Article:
DDRESSING the Governance and Accountability Summit at State House yesterday, the President appeared to be helpless, lamenting and passing the buck about being let down by the anticorruption agencies. He exonerated himself from spiraling corruption, saying he had given his all to help the agencies tackle corruption, yet nothing was moving. The President even suggested he was misled in firing Cabinet Secretaries and PSs on the EACC list two years ago because the agency has yet to provide incriminating evidence against them.
His demeanour was that of throwing in the towel by washing his hands of the war on corruption, which amounts to the Executive surrendering to the corruption cartels. This is not the kind of response expected of a president determined to root out corruption. The posture of helplessness doesn’t inspire the war on corruption. What, then, is the message to ordinary Kenyans? That they should learn to live with the corruption that takes away their livelihoods?
The insinuation that he is powerless against corruption because of constitutional limitations is extremely alarming. In complaining that he doesn’t have the legal or constitutional wherewithal to appoint judges, is he intimating that had he such powers he would determine who should be jailed and who should not? Isn’t this nostalgia a yearning for the authoritarian presidency of the past?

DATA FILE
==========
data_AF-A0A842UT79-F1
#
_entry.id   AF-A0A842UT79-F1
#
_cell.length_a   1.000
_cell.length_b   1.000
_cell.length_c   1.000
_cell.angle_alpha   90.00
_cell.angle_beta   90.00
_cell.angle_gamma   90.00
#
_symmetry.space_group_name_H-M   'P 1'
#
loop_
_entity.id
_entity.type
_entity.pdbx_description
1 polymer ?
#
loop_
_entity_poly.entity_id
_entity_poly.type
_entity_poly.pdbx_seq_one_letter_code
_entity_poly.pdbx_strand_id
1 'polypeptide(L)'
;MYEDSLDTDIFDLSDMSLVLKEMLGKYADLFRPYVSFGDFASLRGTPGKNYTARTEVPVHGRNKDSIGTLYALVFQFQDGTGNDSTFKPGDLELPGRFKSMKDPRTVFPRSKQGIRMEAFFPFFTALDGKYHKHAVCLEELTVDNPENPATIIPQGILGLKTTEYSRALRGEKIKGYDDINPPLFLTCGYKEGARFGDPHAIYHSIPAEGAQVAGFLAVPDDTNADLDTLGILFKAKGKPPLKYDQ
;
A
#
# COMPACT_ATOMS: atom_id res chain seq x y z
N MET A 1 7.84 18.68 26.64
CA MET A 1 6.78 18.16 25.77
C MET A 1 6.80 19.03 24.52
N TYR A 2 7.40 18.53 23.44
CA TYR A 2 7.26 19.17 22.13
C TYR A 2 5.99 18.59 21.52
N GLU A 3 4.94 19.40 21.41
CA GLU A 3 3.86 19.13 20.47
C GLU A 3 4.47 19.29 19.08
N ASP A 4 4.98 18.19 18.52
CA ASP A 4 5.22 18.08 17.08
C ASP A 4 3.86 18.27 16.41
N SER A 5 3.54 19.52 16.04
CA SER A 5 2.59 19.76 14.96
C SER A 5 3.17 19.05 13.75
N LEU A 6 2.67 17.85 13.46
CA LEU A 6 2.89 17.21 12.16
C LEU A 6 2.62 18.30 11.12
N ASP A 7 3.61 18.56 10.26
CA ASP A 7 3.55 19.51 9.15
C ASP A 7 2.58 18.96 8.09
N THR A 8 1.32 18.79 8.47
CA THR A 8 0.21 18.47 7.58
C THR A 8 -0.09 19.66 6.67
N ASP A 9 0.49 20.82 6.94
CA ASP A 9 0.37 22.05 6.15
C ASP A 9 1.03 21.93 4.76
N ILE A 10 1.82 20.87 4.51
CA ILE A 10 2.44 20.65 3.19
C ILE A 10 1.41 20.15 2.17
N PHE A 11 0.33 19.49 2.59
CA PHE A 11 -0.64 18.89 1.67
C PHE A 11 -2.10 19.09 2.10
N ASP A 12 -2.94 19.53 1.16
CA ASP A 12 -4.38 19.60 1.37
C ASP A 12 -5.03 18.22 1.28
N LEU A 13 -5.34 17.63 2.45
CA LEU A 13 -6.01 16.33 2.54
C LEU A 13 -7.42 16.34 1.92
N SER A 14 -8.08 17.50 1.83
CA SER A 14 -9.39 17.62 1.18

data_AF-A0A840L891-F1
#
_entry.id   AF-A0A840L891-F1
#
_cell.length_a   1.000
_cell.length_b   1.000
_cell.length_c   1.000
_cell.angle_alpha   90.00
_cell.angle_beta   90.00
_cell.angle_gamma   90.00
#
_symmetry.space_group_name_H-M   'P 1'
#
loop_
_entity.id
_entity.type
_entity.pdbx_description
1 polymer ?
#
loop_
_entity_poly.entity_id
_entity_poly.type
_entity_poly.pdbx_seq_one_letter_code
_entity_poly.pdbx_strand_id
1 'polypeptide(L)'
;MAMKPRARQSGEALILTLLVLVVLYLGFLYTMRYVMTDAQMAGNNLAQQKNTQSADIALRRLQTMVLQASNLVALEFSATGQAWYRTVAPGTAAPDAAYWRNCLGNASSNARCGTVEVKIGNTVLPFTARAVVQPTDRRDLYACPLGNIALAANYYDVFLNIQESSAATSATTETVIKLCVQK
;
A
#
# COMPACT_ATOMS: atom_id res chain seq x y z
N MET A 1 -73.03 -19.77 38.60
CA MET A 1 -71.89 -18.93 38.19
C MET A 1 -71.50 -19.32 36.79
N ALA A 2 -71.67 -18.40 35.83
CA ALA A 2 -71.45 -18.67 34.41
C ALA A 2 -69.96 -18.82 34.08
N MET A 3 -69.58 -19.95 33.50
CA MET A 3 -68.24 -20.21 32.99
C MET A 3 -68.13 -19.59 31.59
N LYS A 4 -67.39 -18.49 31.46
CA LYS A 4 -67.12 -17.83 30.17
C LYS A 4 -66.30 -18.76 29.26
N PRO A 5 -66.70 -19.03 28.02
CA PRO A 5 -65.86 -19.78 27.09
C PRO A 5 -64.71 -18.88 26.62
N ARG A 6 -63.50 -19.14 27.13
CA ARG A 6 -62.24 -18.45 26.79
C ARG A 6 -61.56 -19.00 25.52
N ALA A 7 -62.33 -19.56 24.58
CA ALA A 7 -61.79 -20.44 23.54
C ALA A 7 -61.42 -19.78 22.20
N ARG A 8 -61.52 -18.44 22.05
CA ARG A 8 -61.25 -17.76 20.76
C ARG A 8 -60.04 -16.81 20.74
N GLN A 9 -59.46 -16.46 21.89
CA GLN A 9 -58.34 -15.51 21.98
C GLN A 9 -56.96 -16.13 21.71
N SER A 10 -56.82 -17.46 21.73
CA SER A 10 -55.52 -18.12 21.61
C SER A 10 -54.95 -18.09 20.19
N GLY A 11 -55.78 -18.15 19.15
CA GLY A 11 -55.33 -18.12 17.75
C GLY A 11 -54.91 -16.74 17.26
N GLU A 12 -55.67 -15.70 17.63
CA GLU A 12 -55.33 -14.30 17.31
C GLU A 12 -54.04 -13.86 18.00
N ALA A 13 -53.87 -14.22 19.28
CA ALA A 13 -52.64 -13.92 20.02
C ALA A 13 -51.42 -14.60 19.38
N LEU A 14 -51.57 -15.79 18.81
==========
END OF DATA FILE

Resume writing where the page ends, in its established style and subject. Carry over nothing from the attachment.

Despite the independent mandate and functions of the anti-corruption agencies, pubic officers work at the behest of the President and nothing stops him prosecuting any complacent or compromised agency. He demonstrated this ability to get things done when he got the EACC commissioners relieved of their duties in record time.
The President ought to know that every grand project JP embarks on is underwritten and executed by corruption. I want to counsel the President on the billions in scandals involving cash transfers to the elderly, infirm and orphans. While at the Coast last week, I bumped into what could be a major scandal of theft beyond the NYS excesses.
The billions in cash transfers are perforated with corruption, because beneficiaries aren’t receiving the cash as assumed. Money is going into the pockets of ghost beneficiaries while the qualified beneficiaries are turned away on flimsy grounds. Many beneficiaries were registered but don’t get disbursements. The situation will get worse.